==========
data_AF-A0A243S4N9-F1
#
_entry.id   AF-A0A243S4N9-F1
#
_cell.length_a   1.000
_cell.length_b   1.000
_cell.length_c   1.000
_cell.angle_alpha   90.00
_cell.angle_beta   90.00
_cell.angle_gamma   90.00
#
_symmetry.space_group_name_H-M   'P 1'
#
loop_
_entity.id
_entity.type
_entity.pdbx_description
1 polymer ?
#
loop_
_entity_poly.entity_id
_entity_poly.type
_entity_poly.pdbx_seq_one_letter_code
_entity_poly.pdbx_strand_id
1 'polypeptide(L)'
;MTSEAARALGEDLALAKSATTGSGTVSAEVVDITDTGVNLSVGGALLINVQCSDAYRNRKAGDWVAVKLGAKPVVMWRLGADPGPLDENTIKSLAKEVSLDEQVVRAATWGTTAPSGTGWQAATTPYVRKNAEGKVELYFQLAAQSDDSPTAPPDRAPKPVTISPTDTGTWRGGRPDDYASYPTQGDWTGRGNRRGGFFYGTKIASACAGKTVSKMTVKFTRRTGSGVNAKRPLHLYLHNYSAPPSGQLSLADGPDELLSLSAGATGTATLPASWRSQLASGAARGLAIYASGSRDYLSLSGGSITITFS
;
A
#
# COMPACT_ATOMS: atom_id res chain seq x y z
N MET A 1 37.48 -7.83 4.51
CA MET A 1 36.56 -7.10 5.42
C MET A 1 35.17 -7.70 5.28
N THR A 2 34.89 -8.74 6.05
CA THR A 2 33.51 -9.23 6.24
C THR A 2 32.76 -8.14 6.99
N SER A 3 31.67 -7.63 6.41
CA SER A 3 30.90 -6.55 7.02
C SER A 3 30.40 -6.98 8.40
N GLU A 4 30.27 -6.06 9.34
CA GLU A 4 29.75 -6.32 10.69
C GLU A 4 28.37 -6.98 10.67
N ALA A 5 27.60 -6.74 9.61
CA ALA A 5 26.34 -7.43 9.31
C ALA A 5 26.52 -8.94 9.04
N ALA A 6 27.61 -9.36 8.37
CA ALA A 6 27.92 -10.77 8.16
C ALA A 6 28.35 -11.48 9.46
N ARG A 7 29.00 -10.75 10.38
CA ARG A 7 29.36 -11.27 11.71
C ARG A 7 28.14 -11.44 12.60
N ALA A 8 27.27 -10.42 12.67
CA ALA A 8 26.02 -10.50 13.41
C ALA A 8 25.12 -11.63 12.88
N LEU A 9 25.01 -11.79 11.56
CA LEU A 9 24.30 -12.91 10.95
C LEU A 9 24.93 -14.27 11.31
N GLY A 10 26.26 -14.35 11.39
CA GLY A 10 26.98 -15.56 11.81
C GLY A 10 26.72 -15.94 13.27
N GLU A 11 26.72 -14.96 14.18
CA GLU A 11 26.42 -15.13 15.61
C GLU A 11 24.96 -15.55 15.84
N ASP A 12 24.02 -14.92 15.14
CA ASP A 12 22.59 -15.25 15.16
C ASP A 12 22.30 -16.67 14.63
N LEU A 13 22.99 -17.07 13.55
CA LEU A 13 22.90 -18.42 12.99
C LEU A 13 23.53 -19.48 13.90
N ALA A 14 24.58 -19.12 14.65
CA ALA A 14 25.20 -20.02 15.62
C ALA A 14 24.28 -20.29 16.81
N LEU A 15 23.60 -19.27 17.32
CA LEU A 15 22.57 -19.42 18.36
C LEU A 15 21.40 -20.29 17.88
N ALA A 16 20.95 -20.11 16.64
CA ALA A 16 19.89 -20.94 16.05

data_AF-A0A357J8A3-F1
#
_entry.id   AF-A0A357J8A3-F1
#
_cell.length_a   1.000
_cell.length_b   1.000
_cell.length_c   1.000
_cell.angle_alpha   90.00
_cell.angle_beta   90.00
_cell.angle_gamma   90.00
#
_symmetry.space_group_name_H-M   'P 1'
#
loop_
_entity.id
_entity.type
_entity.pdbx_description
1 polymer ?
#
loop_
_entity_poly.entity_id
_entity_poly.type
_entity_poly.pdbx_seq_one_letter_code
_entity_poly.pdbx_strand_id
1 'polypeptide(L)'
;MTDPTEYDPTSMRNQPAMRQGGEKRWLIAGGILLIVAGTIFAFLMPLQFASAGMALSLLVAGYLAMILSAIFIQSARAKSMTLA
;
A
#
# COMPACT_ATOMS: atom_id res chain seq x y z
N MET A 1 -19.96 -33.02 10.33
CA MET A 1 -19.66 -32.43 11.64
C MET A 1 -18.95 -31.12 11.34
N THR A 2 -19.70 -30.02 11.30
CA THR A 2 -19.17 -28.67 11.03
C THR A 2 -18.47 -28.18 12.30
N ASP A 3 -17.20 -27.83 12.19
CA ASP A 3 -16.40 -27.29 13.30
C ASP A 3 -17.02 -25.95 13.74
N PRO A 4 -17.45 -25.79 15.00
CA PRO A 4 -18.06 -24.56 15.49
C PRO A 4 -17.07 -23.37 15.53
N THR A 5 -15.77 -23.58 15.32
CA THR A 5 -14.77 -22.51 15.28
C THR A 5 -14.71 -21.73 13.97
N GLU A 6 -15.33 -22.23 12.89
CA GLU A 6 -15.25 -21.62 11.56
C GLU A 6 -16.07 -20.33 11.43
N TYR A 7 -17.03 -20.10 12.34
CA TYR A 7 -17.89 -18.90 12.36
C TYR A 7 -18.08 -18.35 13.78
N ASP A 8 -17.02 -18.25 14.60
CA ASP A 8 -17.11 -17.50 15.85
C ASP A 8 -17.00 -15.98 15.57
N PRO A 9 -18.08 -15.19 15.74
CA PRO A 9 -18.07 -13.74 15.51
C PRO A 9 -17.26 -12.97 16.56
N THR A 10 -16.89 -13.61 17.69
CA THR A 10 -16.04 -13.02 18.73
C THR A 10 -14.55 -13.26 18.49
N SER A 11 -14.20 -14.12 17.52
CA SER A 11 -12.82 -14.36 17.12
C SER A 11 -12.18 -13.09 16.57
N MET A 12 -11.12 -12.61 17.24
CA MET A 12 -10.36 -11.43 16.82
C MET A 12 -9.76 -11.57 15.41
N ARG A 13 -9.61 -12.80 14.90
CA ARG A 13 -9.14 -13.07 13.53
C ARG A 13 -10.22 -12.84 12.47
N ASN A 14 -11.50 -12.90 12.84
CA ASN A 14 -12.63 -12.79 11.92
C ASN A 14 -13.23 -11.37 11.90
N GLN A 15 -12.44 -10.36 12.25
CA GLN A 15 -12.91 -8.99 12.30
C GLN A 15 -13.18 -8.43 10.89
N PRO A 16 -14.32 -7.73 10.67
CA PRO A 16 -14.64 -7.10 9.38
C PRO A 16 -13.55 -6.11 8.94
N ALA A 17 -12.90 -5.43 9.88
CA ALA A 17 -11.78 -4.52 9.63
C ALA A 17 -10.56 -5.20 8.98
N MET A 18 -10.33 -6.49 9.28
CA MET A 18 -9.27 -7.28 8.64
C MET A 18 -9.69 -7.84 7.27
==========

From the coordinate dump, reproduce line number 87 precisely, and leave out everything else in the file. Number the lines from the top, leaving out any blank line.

_cell.angle_gamma   90.00